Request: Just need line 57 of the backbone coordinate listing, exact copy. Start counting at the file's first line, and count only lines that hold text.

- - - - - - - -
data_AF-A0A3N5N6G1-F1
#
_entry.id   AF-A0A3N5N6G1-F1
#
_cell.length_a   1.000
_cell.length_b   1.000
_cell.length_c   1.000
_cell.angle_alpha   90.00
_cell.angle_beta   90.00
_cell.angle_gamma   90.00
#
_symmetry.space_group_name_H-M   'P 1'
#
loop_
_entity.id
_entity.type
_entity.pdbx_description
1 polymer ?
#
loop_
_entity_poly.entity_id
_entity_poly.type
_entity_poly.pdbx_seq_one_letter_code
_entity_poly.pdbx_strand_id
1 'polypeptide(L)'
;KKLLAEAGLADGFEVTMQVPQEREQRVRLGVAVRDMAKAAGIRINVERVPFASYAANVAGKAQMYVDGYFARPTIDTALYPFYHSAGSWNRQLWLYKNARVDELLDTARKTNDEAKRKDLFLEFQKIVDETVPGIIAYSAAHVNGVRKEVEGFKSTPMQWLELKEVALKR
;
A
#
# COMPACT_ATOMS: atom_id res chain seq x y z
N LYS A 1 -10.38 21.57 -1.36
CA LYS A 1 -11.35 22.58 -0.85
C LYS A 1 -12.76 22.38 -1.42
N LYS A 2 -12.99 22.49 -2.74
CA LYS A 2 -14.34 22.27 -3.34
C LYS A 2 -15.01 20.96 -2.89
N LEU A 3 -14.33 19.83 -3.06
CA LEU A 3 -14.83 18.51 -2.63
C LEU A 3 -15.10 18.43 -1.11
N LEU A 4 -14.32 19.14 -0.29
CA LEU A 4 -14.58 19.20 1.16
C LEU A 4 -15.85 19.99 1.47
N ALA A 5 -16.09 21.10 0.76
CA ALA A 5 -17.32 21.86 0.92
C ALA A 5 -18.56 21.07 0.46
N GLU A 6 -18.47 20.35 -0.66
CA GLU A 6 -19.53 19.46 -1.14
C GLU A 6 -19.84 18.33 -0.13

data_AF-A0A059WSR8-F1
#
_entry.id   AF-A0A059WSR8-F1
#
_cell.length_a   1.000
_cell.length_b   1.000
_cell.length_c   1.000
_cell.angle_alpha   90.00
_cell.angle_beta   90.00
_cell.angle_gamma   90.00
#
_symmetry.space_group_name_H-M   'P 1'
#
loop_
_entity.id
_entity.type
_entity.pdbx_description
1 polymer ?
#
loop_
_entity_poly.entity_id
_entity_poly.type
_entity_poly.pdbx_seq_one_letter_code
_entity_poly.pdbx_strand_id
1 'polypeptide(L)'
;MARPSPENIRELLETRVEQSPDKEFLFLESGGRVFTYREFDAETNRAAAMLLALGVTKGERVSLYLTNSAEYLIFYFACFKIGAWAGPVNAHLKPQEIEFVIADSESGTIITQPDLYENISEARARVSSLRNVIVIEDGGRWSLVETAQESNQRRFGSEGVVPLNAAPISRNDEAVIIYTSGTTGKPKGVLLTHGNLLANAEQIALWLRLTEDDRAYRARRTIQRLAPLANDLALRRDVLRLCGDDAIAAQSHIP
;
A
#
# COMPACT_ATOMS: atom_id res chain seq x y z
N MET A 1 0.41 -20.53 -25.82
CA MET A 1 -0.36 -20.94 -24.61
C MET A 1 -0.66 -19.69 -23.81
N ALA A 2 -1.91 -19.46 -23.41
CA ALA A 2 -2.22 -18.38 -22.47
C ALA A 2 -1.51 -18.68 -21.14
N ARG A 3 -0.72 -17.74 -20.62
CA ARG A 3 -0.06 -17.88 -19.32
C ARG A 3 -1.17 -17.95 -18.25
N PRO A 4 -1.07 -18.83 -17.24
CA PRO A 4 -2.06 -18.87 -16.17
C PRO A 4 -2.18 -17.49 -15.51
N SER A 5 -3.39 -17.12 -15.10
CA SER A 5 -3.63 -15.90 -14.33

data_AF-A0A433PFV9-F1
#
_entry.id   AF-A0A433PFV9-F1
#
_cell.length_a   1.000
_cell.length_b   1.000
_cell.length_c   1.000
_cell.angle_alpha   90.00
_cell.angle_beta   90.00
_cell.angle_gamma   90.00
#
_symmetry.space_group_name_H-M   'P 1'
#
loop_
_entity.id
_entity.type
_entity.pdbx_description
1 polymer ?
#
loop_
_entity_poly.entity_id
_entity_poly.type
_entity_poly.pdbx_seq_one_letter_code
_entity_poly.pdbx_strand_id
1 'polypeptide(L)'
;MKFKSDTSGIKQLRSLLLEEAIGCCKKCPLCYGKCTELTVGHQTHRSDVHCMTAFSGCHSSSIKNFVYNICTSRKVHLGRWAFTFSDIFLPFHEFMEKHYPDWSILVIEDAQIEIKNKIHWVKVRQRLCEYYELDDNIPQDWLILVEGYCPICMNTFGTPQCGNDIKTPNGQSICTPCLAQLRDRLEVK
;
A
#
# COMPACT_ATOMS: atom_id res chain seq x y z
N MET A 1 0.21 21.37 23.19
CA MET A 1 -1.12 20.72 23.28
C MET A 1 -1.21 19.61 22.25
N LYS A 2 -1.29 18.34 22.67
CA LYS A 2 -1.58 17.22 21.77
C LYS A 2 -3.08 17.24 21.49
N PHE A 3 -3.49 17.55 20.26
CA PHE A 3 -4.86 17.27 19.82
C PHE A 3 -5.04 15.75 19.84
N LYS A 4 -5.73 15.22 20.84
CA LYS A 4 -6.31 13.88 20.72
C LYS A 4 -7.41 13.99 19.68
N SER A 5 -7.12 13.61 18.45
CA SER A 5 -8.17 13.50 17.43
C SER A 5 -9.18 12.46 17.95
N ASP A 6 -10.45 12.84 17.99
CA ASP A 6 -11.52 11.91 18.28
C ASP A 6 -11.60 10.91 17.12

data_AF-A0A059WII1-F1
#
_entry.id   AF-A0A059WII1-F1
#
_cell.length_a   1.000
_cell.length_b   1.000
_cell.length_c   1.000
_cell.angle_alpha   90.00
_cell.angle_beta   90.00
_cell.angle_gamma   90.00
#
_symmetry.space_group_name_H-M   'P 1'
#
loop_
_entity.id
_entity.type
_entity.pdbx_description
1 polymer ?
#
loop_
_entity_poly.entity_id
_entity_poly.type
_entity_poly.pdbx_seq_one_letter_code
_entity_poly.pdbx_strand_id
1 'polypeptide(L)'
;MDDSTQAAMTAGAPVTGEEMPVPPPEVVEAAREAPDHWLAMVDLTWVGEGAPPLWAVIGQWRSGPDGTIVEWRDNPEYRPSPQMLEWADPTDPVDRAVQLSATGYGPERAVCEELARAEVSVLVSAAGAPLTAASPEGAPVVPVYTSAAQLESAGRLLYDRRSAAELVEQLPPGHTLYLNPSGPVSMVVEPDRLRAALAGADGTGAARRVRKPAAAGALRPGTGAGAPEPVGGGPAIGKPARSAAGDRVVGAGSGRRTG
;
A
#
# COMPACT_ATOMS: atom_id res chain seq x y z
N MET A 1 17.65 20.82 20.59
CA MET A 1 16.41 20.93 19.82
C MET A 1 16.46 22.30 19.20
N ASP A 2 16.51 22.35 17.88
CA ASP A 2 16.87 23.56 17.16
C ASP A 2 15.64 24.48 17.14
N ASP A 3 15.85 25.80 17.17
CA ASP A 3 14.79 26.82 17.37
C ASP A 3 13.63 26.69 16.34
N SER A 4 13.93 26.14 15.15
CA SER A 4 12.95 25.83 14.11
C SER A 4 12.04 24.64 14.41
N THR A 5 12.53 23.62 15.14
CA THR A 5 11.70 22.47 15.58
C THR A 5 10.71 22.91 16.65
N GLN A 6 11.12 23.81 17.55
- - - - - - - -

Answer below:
_cell.angle_beta   90.00